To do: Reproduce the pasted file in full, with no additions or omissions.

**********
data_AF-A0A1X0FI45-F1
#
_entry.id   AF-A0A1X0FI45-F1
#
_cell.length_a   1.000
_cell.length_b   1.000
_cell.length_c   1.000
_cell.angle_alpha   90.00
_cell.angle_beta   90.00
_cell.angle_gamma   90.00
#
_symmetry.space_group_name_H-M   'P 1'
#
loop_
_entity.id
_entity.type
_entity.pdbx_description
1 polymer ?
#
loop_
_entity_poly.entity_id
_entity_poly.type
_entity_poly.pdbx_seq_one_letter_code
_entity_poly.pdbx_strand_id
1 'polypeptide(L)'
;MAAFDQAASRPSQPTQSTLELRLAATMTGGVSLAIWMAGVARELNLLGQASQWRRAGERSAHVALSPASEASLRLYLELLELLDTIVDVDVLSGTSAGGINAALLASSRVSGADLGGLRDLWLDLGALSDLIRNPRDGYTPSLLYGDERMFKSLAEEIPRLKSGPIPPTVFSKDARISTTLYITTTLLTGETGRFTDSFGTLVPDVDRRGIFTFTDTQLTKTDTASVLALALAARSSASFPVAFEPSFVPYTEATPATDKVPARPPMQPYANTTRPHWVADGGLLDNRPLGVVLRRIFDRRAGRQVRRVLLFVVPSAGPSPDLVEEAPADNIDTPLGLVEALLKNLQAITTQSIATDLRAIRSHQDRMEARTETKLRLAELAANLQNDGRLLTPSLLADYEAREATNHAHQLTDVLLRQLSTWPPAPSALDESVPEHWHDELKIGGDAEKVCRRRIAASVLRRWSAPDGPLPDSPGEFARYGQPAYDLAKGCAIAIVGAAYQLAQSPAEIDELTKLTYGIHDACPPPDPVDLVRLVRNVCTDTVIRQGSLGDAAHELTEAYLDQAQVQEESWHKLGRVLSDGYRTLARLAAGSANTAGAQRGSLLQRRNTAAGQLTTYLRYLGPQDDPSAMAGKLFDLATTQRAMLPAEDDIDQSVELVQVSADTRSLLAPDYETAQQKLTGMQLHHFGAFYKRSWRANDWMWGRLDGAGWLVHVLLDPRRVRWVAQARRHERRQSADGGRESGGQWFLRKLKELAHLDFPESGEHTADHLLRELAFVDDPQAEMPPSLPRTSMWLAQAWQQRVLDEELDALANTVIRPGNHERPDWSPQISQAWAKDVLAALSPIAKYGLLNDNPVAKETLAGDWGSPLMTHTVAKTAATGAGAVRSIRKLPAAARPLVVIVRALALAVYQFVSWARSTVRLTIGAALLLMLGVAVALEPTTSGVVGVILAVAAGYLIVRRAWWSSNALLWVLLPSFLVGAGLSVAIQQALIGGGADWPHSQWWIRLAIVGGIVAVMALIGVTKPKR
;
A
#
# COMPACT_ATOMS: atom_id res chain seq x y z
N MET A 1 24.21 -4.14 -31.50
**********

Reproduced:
data_AF-A0A1X0FI45-F1
#
_entry.id   AF-A0A1X0FI45-F1
#
_cell.length_a   1.000
_cell.length_b   1.000
_cell.length_c   1.000
_cell.angle_alpha   90.00
_cell.angle_beta   90.00
_cell.angle_gamma   90.00
#
_symmetry.space_group_name_H-M   'P 1'
#
loop_
_entity.id
_entity.type
_entity.pdbx_description
1 polymer ?
#
loop_
_entity_poly.entity_id
_entity_poly.type
_entity_poly.pdbx_seq_one_letter_code
_entity_poly.pdbx_strand_id
1 'polypeptide(L)'
;MAAFDQAASRPSQPTQSTLELRLAATMTGGVSLAIWMAGVARELNLLGQASQWRRAGERSAHVALSPASEASLRLYLELLELLDTIVDVDVLSGTSAGGINAALLASSRVSGADLGGLRDLWLDLGALSDLIRNPRDGYTPSLLYGDERMFKSLAEEIPRLKSGPIPPTVFSKDARISTTLYITTTLLTGETGRFTDSFGTLVPDVDRRGIFTFTDTQLTKTDTASVLALALAARSSASFPVAFEPSFVPYTEATPATDKVPARPPMQPYANTTRPHWVADGGLLDNRPLGVVLRRIFDRRAGRQVRRVLLFVVPSAGPSPDLVEEAPADNIDTPLGLVEALLKNLQAITTQSIATDLRAIRSHQDRMEARTETKLRLAELAANLQNDGRLLTPSLLADYEAREATNHAHQLTDVLLRQLSTWPPAPSALDESVPEHWHDELKIGGDAEKVCRRRIAASVLRRWSAPDGPLPDSPGEFARYGQPAYDLAKGCAIAIVGAAYQLAQSPAEIDELTKLTYGIHDACPPPDPVDLVRLVRNVCTDTVIRQGSLGDAAHELTEAYLDQAQVQEESWHKLGRVLSDGYRTLARLAAGSANTAGAQRGSLLQRRNTAAGQLTTYLRYLGPQDDPSAMAGKLFDLATTQRAMLPAEDDIDQSVELVQVSADTRSLLAPDYETAQQKLTGMQLHHFGAFYKRSWRANDWMWGRLDGAGWLVHVLLDPRRVRWVAQARRHERRQSADGGRESGGQWFLRKLKELAHLDFPESGEHTADHLLRELAFVDDPQAEMPPSLPRTSMWLAQAWQQRVLDEELDALANTVIRPGNHERPDWSPQISQAWAKDVLAALSPIAKYGLLNDNPVAKETLAGDWGSPLMTHTVAKTAATGAGAVRSIRKLPAAARPLVVIVRALALAVYQFVSWARSTVRLTIGAALLLMLGVAVALEPTTSGVVGVILAVAAGYLIVRRAWWSSNALLWVLLPSFLVGAGLSVAIQQALIGGGADWPHSQWWIRLAIVGGIVAVMALIGVTKPKR
;
A
#
# COMPACT_ATOMS: atom_id res chain seq x y z
N MET A 1 24.21 -4.14 -31.50